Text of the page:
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Feb 2, 2023 | by Stewart Martin

Places, spaces and social connection: five years of new learning

In 2018, the What Works Centre for Wellbeing commissioned and published a review of how the changes made to community places and spaces impact our social relations and community wellbeing. 

Five years on, and the same team from Leeds Beckett University, supported by the University of Liverpool, has revisited the evidence base to search for studies published since 2017. 

The updated review, published today, combines new findings with those from the original report to produce stronger evidence, and a more detailed and nuanced analysis. Here, Stewart Martin takes us through the key insights and introduces the supporting publications.


The wellbeing evidence base is continually growing as more projects include wellbeing measurement. To capture these learnings, we commissioned a refresh of our 2018 Places, Spaces, People and Wellbeing review.

Our updated review includes a further 51 studies from 2017-2022, superseding the original and containing stronger evidence statements. We can more confidently say, for instance, that community hubs and community development have positive impacts on social cohesion, individual and community wellbeing.

Key findings

  1. Strong evidence for community hubs and community development improving social relations, individual and community wellbeing (evidence was moderate in 2018 review). 
  2. Many interventions brought about both positive and negative impacts on wellbeing – for instance, local events can improve community wellbeing for many but have a detrimental impact on those they exclude (as also found in Different People, Same Place).

An overview of the findings can be seen in the table below, indicating the strength of the evidence and whether that evidence shows a negative, mixed or positive impact.

For more detail, visit the briefing webpage or download the full report.

Community hubs = Strong evidence for positive impact on social relations, community wellbeing and individual wellbeing outcomes Events = Strong evidence for positive impact on social relations, Strong evidence for positive impact and moderate evidence of negative impact oncommunity wellbeing, moderate evidence of positive impact on individual wellbeing Neighbourhood design = Strong evidence for positive impact on social relations, moderate to strong evidence for positive and negative impact on community wellbeing, strong evidence for positive impact on individual wellbeing Green and blue space = Moderate to strong evidence for positive and negative impact  on social relations and commiunity wellbeing, strong evidence for positive impact on individual wellbeing Placemaking = Moderate to strong evidence for positive impact on social relations, moderate evidence for positive impact and weak evidence for negative impact on community wellbeing, weak evidence for positive impact on individual wellbeing Alternative use of space = Moderate to strong evidence for positive impact on social relations, strong evidence for positive impact on community wellbeing, moderate to strong evidence for positive impact on individual wellbeing Urban regeneration = Moderate evidence for positive and negative impact on social relations, strong evidence for positive impact and moderate evidence for negative impact on community wellbeing, moderate evidence for positive and negative impact on individual wellbeing Community development = Strong evidence for positive impact on social relations, community wellbeing and individual wellbeing outcomes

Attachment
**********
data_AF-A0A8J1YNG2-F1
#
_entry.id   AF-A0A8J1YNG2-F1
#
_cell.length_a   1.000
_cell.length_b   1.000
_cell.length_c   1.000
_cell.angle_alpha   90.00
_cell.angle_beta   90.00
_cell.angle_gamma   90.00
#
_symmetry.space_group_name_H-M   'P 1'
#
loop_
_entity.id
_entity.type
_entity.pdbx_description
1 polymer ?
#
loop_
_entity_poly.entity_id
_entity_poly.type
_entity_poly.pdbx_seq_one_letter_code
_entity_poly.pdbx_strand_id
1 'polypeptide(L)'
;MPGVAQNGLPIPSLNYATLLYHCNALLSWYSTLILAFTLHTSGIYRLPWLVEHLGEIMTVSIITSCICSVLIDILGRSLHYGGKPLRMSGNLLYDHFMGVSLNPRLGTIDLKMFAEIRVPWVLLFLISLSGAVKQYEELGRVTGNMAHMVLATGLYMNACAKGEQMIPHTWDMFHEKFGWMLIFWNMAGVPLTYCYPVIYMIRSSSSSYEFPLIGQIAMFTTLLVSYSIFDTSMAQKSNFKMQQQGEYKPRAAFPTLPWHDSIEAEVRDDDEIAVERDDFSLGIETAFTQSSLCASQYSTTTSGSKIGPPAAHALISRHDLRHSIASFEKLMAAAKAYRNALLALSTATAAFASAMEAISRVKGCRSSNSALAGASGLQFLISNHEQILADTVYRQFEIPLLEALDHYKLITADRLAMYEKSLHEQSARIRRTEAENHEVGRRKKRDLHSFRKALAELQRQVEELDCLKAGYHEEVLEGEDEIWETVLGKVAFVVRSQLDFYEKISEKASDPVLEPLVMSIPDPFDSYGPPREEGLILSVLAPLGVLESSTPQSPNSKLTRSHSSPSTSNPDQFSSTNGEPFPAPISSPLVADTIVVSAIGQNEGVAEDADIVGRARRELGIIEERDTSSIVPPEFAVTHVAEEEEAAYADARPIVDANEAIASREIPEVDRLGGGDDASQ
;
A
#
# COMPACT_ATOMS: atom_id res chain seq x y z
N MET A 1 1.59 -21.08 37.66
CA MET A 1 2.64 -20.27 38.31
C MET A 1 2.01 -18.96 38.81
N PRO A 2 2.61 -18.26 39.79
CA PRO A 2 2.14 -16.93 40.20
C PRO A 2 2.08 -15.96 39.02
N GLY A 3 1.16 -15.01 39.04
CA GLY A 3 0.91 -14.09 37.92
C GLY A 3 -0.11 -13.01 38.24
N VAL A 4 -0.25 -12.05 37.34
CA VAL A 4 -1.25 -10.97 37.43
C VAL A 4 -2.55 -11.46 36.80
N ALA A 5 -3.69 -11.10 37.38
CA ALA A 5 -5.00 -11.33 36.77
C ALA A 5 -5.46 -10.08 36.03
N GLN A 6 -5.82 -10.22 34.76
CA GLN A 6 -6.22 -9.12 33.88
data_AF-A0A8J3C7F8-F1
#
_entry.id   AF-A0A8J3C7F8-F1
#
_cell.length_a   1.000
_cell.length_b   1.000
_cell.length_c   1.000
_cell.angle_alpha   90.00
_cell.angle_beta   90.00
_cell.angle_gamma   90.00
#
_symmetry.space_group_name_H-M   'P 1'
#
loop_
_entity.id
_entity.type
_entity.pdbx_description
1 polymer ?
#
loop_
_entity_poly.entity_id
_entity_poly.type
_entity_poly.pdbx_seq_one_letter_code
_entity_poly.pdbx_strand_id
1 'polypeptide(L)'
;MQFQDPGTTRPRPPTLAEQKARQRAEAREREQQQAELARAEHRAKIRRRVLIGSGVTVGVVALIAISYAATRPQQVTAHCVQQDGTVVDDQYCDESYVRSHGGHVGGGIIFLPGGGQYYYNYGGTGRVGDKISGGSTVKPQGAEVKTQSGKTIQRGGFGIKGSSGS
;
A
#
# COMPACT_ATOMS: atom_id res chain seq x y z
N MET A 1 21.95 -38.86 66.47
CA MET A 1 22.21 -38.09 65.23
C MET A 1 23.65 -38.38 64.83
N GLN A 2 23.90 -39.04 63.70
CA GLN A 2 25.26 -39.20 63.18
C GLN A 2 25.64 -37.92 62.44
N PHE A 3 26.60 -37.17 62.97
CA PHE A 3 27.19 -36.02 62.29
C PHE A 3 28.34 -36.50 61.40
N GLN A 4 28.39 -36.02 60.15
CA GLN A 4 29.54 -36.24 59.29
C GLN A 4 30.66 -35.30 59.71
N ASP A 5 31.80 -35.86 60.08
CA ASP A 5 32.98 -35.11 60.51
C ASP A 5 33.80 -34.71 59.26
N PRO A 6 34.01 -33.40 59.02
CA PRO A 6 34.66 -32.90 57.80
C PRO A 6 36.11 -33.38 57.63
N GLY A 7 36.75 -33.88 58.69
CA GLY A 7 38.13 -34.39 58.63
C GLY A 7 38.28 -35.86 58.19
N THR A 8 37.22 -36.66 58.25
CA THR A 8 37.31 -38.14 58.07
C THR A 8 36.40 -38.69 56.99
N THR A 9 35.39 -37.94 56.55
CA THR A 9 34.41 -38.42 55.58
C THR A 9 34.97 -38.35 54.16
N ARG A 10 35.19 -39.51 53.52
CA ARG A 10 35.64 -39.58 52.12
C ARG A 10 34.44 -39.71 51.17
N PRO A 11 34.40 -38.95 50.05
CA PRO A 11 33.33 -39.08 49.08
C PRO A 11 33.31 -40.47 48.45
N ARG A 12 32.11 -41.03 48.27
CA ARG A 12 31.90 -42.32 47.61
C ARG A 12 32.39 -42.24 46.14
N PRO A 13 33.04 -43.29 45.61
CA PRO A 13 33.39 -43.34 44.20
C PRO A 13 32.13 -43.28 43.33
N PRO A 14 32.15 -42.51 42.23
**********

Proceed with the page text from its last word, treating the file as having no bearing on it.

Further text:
What we did